Dublin was no disaster
8 March 2015
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It’s been a hectic week but I have finally found some time to write some thoughts on the weekend in Dublin.
Ireland’s capital is one of my favourite cities to visit with everyone so friendly and welcoming, but I did detect an air of confidence in the Irish that their team would be able to overcome England in the Sunday game. First of all we needed to find somewhere to watch the Saturday Six Nations games and so we met up with friends from Commons & Lords RFC in the Oval Bar off O’Connell Street. Despite a couple of the C&L team being Scottish I was delighted for Italy that they won their game and playing away from home at that. The Italian supporters are passionate about rugby and are always so despondent when they go through a Six Nations without a victory, but the win will give them and the game in Italy a huge boost.
During the France v Wales game it was interesting that the Irish in the bar were split 50/50 in their support for the two countries.
After the games it was time to resume the pursuit of Guinness, so after visiting McDaid’s and Bruxelles we settled ourselves in the Bank on College Green, a beautifully decorated bar that has reminders of its financial past all around. Friends from Clacton and Brightlingsea Rugby Clubs joined us and the rest of the evening is a bit of a haze.
Match day dawned and after a quiet morning we got on the coach to take us to the Aviva stadium. The sky was grey and overcast but everyone was surprised when it started to snow! However the hospitality of the Irish was very generous and the Guinness flowed once more before lunch but it was soon time for kick off. The teams were presented to the Irish President who is a tiny man and I had to chuckle when he shook hands with the 6’10” lock Toner; he just about came up to his chest.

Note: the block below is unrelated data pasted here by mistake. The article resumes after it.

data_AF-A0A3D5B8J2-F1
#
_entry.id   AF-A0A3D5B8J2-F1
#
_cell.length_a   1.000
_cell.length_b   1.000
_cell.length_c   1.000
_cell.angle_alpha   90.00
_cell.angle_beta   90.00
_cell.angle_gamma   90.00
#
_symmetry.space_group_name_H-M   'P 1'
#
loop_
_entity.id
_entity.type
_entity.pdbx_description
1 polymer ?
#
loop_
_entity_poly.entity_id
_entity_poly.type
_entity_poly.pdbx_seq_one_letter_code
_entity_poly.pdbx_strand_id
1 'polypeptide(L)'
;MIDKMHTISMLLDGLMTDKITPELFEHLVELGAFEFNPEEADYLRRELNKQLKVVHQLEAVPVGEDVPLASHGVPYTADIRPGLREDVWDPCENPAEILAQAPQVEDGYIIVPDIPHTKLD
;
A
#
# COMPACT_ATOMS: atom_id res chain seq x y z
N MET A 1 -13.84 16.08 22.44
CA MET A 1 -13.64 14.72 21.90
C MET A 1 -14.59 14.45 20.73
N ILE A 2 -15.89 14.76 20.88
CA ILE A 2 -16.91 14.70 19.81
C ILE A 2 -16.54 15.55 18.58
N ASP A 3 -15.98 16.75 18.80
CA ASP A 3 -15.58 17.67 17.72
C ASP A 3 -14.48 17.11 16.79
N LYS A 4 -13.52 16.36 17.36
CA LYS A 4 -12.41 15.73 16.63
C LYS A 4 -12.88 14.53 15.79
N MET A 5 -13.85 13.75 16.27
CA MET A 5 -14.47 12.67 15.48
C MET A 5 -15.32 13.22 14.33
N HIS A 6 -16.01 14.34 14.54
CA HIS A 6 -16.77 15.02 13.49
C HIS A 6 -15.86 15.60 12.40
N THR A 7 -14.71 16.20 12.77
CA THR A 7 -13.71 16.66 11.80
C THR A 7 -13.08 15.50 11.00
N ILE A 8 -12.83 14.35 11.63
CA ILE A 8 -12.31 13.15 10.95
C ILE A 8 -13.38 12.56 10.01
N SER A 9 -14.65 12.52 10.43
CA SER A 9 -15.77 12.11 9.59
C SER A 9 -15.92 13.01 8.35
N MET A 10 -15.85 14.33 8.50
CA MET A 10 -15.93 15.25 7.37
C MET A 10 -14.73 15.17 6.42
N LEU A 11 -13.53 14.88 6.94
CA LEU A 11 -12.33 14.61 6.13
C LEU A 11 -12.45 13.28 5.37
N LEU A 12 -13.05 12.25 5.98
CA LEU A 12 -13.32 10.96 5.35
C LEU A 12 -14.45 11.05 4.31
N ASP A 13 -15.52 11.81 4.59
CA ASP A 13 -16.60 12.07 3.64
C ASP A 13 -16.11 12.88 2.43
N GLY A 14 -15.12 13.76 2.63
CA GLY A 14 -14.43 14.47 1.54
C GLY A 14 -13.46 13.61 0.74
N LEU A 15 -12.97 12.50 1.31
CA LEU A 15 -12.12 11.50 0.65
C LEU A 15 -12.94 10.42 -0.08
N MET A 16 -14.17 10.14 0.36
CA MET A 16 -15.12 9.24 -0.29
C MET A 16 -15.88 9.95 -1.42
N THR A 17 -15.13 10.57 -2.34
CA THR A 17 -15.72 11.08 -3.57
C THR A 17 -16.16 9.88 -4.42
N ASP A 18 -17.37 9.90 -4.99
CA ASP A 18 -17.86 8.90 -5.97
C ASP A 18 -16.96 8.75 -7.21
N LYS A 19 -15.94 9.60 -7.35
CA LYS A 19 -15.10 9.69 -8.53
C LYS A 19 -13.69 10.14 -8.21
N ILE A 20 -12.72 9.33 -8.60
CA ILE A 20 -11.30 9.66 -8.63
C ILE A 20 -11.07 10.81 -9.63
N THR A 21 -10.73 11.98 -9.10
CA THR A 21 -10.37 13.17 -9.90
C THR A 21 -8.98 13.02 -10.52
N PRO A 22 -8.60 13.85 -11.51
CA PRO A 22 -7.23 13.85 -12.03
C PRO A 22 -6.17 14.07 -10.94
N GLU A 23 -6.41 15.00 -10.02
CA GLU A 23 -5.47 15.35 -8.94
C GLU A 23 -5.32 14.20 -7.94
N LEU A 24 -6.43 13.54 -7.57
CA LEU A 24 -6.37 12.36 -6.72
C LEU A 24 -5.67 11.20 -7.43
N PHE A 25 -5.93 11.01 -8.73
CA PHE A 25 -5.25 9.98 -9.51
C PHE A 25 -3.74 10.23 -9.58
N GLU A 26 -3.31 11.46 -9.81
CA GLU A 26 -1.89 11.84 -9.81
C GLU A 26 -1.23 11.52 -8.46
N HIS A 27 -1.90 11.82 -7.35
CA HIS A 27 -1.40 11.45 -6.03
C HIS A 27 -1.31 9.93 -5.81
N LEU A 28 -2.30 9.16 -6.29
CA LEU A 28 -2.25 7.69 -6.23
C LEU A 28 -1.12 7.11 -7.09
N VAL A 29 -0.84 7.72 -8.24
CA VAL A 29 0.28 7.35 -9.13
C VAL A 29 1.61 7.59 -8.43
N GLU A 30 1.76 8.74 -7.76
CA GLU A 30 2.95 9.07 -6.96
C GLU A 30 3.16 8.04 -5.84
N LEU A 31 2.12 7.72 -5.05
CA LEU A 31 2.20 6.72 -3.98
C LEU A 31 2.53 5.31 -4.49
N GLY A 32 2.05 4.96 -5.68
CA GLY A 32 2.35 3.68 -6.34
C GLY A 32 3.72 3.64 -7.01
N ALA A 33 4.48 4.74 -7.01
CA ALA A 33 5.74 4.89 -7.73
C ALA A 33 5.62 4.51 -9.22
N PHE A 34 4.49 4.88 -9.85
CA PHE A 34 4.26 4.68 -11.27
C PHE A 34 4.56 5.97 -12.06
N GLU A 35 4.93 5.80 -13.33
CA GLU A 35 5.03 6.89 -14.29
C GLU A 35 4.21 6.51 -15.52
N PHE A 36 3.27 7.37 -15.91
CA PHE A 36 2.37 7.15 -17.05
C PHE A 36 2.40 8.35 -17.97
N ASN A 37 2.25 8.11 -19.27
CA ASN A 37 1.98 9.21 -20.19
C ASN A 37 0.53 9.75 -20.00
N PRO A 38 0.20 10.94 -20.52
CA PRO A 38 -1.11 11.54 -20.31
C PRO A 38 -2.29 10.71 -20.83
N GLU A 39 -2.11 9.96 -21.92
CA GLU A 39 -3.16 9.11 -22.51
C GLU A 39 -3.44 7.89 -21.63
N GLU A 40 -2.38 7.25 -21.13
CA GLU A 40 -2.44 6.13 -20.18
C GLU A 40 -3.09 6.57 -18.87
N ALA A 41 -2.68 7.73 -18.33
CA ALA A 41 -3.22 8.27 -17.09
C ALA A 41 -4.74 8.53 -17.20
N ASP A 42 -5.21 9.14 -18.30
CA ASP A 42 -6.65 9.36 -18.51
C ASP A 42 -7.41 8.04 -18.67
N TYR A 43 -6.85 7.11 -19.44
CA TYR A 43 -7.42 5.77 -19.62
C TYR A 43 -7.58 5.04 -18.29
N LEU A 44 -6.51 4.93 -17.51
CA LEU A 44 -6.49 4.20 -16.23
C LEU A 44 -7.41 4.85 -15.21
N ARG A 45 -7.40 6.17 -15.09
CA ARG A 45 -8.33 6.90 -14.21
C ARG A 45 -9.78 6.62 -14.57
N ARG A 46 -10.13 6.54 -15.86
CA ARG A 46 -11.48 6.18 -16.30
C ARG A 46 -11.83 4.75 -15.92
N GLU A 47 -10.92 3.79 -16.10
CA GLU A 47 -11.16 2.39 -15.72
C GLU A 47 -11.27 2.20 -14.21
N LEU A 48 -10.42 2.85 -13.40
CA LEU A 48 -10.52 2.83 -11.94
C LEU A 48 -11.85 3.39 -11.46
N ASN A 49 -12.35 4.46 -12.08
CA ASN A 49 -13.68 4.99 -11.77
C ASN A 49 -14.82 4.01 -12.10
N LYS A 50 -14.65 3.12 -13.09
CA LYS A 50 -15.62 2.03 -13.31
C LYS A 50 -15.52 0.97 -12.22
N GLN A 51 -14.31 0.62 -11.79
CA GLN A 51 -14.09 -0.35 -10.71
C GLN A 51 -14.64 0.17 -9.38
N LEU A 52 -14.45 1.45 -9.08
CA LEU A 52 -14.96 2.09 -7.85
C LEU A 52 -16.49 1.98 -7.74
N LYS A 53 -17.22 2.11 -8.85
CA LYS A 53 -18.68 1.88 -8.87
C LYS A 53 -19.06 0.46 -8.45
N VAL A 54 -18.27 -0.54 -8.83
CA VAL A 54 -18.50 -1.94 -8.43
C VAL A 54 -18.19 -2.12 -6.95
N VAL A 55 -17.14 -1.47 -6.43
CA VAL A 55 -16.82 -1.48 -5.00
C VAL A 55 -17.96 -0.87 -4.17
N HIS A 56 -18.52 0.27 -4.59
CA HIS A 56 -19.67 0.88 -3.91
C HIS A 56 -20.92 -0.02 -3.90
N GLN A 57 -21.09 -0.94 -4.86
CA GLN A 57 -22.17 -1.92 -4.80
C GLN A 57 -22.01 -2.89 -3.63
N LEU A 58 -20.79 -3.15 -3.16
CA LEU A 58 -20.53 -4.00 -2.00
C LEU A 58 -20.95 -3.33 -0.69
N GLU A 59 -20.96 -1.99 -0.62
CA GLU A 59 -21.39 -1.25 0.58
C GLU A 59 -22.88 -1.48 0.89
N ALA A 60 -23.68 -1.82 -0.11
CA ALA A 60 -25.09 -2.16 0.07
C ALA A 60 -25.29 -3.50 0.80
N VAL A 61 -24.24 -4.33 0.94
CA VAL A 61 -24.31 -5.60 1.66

As for the game, my view is that the Irish had a game plan to beat England and executed it perfectly, with Murray and Sexton’s aerial bombardment coupled with great chasing keeping England on the back foot. I thought it was telling that when Sexton was forced to go off England started to gain the advantage, and when the Ireland tight head was substituted the England pack started to dominate. Clearly, strength in depth is an issue for the Irish and when it comes to the World Cup this could prove crucial. I think it is likely that England and Ireland will meet in the semi-final and it will the the team that has the least injuries that will prevail. That is why I don’t see the result as a disaster, more an opportunity to learn from mistakes and recognise just how many good players England can call upon.
At the post match dinner Nick Easter was presented with an award to recognise his fiftieth cap and after the formalities were over I left to meet up with one of my oldest friends for a catch up, visiting Neary’s and O’Donohue’s before talking into the small hours with the help of Guinness and Jamieson’s at the Westbury.
Another memorable weekend in Dublin.
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Postscript: I am surprised that the rugby press is firmly of the opinion that Wales will beat Ireland on Saturday. Wales’ performances haven’t set the world alight so far while Ireland have kept to a simple game plan and executed it well. If I was allowed to bet on rugby (which I’m not) I would but my money on an Irish Grand Slam.